UBS Fined $12 Million for Failing to Supervise Short Sales

by Wall Street Fraud on November 7, 2011

Securities fraud attorneyIt seems the big banks still haven’t learned their lesson with respect to securities compliance. Just last week, UBS LLC was hit with a $12 fine by the Financial Industry Regulatory Authority (FINRA).

According to FINRA, UBS violated Regulation SHO (Reg SHO) and failed to properly supervise short sales of securities. As a result, millions of short sale orders were mismarked and/or placed to the market without reasonable grounds to believe that the securities could be borrowed and delivered.

What Are Short Sales?

In a short sale, the seller sells a security it does not own. When it is time to deliver the security, the short seller either purchases or borrows the security in order to make the delivery. Reg SHO requires a broker-dealer to have reasonable grounds to believe that the security could be borrowed and available for delivery before accepting or effecting a short sale order. Requiring firms to obtain and document this "locate" information before the short sale occurs reduces the number of potential failures to deliver in equity securities. In addition, Reg SHO requires a broker-dealer to mark sales of equity securities as long or short.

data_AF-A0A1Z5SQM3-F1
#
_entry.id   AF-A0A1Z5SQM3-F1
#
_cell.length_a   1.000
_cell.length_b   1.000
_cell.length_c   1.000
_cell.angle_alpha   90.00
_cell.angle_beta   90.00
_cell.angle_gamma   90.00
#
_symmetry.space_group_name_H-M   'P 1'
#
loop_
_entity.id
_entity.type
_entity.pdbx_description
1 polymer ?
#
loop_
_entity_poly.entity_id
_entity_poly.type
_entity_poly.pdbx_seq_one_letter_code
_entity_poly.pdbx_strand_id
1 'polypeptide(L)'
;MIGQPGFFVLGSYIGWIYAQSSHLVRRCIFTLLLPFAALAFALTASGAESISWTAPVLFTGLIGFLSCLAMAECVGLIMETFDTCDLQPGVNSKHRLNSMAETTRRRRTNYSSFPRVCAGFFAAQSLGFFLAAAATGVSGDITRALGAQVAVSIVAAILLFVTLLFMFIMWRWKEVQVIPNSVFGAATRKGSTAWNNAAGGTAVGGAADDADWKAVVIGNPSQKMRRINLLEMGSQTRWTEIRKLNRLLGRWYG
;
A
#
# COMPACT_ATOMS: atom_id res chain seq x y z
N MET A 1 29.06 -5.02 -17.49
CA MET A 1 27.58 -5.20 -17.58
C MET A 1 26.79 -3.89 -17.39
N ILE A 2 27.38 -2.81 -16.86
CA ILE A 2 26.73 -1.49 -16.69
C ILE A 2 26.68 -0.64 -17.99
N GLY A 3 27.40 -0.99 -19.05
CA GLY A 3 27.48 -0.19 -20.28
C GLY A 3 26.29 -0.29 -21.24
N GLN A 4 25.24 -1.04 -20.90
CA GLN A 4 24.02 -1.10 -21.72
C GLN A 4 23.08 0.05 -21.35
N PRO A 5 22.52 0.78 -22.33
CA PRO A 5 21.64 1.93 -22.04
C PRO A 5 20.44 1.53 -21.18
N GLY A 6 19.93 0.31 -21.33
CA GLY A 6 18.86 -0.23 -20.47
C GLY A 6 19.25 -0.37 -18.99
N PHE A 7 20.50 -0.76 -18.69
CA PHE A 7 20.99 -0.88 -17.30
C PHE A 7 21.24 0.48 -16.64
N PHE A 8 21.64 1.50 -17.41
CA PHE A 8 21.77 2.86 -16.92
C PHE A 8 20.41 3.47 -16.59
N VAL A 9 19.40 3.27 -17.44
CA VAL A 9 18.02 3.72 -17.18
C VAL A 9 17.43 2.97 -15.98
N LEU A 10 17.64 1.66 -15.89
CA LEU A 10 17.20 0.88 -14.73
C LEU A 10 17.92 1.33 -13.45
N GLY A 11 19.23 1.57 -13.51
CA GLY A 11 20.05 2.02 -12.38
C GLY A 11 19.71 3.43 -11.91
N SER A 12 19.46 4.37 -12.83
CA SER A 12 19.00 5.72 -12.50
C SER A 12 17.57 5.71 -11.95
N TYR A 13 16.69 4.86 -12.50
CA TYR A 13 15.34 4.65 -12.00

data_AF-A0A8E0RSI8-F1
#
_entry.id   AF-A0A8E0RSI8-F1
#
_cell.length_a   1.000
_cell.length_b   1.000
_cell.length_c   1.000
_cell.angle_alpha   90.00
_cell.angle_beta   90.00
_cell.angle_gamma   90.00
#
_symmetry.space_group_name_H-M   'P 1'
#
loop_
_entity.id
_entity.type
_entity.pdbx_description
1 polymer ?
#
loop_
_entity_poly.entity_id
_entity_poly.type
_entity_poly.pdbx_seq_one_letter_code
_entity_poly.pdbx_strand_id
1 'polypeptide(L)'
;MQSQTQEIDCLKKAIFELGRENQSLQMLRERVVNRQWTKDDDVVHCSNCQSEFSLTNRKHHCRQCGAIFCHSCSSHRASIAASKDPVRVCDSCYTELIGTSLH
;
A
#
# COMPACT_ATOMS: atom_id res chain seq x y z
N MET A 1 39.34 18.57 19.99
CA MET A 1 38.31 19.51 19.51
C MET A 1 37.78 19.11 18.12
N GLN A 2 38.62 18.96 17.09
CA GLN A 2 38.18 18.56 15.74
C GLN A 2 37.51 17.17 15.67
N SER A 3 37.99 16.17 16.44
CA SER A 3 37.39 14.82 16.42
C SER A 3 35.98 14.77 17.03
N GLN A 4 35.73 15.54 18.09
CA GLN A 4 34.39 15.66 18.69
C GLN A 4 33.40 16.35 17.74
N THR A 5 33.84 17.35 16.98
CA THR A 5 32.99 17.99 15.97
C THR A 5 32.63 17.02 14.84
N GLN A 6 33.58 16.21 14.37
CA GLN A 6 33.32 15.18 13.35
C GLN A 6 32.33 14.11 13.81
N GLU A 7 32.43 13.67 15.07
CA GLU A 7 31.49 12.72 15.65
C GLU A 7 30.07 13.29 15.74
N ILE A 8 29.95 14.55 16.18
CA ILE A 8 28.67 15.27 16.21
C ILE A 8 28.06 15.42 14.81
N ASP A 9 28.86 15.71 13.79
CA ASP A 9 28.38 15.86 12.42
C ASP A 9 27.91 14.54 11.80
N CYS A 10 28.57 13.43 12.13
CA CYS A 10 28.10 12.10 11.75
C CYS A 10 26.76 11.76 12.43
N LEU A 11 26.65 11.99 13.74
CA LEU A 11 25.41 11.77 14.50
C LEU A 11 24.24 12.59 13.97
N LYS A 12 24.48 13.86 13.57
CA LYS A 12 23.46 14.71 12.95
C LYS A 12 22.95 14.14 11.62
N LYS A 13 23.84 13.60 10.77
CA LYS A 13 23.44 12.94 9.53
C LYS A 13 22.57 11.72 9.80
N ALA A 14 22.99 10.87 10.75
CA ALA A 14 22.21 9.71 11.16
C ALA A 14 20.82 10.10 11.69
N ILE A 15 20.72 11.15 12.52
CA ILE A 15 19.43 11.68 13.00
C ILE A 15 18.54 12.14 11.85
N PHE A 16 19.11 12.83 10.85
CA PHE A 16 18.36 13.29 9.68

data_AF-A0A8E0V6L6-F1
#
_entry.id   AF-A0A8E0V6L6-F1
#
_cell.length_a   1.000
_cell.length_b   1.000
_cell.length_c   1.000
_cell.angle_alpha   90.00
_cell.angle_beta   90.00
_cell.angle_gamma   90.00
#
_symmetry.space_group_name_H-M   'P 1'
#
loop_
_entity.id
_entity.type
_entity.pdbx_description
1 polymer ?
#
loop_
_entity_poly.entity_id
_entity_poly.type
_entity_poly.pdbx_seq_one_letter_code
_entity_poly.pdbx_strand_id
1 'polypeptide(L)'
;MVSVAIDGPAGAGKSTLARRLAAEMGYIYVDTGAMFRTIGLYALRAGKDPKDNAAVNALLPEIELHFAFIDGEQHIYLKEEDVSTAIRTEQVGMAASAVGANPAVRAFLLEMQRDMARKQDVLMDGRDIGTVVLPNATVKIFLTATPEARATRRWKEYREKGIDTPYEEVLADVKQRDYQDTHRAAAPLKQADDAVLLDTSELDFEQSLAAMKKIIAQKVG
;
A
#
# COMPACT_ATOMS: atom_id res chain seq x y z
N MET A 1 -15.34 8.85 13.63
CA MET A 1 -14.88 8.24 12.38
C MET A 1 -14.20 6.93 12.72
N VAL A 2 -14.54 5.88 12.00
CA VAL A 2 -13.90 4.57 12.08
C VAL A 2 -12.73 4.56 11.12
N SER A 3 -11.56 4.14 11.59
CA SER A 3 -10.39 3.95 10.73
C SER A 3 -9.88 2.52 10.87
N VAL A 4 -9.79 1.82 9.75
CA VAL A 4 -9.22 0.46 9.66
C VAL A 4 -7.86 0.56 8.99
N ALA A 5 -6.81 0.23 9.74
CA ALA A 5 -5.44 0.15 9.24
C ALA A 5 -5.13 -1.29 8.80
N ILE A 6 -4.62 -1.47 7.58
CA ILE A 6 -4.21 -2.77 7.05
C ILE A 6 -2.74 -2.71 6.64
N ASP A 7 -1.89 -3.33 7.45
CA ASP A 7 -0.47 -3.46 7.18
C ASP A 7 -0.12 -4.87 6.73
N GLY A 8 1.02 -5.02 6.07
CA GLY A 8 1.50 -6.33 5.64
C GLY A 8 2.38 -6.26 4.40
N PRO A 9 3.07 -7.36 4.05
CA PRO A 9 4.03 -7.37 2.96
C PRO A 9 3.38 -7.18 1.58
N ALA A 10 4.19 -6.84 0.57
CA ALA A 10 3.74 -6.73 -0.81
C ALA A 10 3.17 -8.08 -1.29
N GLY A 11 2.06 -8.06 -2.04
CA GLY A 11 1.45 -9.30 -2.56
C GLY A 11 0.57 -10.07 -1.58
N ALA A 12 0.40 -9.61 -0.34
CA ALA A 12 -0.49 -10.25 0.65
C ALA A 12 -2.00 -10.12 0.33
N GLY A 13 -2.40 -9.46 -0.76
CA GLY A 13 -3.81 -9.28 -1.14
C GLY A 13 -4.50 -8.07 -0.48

The UBS Violations

FINRA found that UBS' Reg SHO supervisory system regarding locates and the marking of sale orders was significantly flawed and resulted in a systemic supervisory failure that contributed to serious Reg SHO failures across its equities trading business. The specific violations detailed below:

  • UBS placed millions of short sale orders to the market without locates, including in securities that were known to be hard to borrow. These locate violations extended to numerous trading systems, desks, accounts and strategies, and impacted UBS'
  • UBS mismarked millions of sale orders in its trading systems. Many of these mismarked orders were short sales that were mismarked as "long," resulting in additional significant violations of Reg SHO's locate requirement.
  • UBS had significant deficiencies related to its aggregation units that may have contributed to additional significant order-marking and locate violations.

As a result of its supervisory failures, many of UBS' violations were not detected or corrected until after FINRA's investigation caused UBS to conduct a substantive review of its systems and monitoring procedures for Reg SHO compliance. FINRA found that UBS' supervisory framework over its equities trading business was not reasonably designed to achieve compliance with the requirements of Reg SHO and other securities laws, rules and regulations until at least 2009.

Source: FINRA

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